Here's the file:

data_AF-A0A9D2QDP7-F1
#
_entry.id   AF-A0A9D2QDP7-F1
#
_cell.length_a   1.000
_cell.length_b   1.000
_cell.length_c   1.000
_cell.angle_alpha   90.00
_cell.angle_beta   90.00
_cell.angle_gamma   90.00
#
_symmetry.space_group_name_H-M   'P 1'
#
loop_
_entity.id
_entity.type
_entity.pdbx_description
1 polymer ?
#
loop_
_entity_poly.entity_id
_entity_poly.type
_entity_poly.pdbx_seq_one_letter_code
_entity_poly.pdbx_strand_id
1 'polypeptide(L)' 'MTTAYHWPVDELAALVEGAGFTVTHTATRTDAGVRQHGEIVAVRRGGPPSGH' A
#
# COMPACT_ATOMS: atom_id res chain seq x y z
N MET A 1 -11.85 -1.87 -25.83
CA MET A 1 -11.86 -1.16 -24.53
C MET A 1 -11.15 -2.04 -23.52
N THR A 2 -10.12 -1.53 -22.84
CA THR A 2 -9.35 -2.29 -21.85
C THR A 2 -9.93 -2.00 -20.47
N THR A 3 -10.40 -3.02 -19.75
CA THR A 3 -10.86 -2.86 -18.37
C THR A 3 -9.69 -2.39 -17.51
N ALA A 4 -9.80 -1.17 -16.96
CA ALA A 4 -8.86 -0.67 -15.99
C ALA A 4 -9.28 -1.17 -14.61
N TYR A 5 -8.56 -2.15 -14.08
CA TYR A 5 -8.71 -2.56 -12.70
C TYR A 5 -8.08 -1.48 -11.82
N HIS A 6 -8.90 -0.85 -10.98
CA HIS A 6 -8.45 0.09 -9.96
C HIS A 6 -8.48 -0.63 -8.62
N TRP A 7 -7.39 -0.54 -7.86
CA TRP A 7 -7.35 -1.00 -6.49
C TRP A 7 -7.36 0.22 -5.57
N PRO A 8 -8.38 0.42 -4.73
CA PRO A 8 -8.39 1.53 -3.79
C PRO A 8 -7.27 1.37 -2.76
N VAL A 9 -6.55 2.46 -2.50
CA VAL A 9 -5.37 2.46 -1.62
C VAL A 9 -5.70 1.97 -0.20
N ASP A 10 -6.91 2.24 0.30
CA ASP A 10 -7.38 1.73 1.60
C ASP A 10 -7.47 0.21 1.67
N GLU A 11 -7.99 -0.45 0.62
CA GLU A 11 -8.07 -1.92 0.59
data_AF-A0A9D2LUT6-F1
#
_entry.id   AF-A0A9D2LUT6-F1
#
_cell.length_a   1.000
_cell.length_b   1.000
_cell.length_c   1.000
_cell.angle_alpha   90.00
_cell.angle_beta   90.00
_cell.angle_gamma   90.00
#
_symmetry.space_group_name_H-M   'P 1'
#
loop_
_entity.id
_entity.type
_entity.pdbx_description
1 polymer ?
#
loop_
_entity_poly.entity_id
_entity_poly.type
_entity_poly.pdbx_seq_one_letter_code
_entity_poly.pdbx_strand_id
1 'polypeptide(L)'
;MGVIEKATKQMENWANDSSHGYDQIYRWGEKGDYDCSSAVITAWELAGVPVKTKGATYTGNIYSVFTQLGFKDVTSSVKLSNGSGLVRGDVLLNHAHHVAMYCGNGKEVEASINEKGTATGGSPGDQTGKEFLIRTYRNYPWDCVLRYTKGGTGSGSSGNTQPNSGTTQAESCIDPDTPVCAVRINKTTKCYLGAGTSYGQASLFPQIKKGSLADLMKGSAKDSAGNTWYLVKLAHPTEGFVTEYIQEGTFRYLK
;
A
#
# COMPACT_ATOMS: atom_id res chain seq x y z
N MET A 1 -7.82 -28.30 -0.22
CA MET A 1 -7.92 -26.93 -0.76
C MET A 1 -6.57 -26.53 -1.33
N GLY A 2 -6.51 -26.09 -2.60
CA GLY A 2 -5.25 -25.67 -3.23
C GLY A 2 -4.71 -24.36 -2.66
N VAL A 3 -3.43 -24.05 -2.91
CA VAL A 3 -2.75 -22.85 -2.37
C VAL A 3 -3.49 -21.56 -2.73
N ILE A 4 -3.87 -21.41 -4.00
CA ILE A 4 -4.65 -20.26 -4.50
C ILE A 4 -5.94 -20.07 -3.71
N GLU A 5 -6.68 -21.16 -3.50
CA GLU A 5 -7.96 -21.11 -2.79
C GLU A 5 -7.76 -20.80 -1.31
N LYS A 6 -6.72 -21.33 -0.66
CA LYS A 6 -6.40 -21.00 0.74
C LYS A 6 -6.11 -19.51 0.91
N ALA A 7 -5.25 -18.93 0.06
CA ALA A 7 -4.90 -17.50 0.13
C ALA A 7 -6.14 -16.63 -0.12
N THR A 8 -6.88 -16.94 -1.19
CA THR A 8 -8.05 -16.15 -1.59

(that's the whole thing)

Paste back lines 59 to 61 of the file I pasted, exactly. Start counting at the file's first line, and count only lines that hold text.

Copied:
CA GLU A 11 -8.07 -1.92 0.59
data_AF-A0A9D2LUT6-F1
#